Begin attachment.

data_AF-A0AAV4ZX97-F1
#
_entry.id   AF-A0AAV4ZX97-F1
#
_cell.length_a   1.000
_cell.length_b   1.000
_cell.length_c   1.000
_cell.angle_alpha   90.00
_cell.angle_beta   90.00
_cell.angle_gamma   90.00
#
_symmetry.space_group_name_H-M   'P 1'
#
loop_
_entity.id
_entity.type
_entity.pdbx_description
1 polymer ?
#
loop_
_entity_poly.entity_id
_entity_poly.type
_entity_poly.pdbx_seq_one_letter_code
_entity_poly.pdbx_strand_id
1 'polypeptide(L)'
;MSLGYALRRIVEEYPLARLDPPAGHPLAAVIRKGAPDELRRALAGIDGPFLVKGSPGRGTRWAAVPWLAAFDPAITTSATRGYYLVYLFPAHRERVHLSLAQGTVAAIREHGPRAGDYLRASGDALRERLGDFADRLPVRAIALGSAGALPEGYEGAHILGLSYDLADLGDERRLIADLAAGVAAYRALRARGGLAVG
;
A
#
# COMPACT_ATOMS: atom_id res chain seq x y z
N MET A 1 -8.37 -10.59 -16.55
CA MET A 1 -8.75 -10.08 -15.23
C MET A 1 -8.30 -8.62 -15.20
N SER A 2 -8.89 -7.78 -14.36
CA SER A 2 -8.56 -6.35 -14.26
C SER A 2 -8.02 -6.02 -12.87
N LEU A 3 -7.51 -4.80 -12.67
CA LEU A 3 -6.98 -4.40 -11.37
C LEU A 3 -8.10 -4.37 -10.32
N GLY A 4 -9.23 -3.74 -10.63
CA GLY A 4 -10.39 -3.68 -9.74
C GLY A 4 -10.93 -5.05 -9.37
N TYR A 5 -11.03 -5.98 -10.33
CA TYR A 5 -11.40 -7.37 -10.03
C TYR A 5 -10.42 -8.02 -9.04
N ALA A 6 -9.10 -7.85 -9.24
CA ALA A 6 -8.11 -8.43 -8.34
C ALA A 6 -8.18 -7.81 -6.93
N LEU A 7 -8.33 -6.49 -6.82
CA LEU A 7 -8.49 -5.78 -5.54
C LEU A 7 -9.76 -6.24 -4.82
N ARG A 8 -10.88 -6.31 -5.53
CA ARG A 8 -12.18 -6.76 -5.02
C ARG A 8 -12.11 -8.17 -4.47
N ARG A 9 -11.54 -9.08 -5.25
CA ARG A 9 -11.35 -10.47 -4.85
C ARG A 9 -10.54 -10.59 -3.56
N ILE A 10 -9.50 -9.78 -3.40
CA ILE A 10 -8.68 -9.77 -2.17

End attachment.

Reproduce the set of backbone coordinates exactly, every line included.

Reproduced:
data_AF-A0AAV4ZX97-F1
#
_entry.id   AF-A0AAV4ZX97-F1
#
_cell.length_a   1.000
_cell.length_b   1.000
_cell.length_c   1.000
_cell.angle_alpha   90.00
_cell.angle_beta   90.00
_cell.angle_gamma   90.00
#
_symmetry.space_group_name_H-M   'P 1'
#
loop_
_entity.id
_entity.type
_entity.pdbx_description
1 polymer ?
#
loop_
_entity_poly.entity_id
_entity_poly.type
_entity_poly.pdbx_seq_one_letter_code
_entity_poly.pdbx_strand_id
1 'polypeptide(L)'
;MSLGYALRRIVEEYPLARLDPPAGHPLAAVIRKGAPDELRRALAGIDGPFLVKGSPGRGTRWAAVPWLAAFDPAITTSATRGYYLVYLFPAHRERVHLSLAQGTVAAIREHGPRAGDYLRASGDALRERLGDFADRLPVRAIALGSAGALPEGYEGAHILGLSYDLADLGDERRLIADLAAGVAAYRALRARGGLAVG
;
A
#
# COMPACT_ATOMS: atom_id res chain seq x y z
N MET A 1 -8.37 -10.59 -16.55
CA MET A 1 -8.75 -10.08 -15.23
C MET A 1 -8.30 -8.62 -15.20
N SER A 2 -8.89 -7.78 -14.36
CA SER A 2 -8.56 -6.35 -14.26
C SER A 2 -8.02 -6.02 -12.87
N LEU A 3 -7.51 -4.80 -12.67
CA LEU A 3 -6.98 -4.40 -11.37
C LEU A 3 -8.10 -4.37 -10.32
N GLY A 4 -9.23 -3.74 -10.63
CA GLY A 4 -10.39 -3.68 -9.74
C GLY A 4 -10.93 -5.05 -9.37
N TYR A 5 -11.03 -5.98 -10.33
CA TYR A 5 -11.40 -7.37 -10.03
C TYR A 5 -10.42 -8.02 -9.04
N ALA A 6 -9.10 -7.85 -9.24
CA ALA A 6 -8.11 -8.43 -8.34
C ALA A 6 -8.18 -7.81 -6.93
N LEU A 7 -8.33 -6.49 -6.82
CA LEU A 7 -8.49 -5.78 -5.54
C LEU A 7 -9.76 -6.24 -4.82
N ARG A 8 -10.88 -6.31 -5.53
CA ARG A 8 -12.18 -6.76 -5.02
C ARG A 8 -12.11 -8.17 -4.47
N ARG A 9 -11.54 -9.08 -5.25
CA ARG A 9 -11.35 -10.47 -4.85
C ARG A 9 -10.54 -10.59 -3.56
N ILE A 10 -9.50 -9.78 -3.40
CA ILE A 10 -8.68 -9.77 -2.17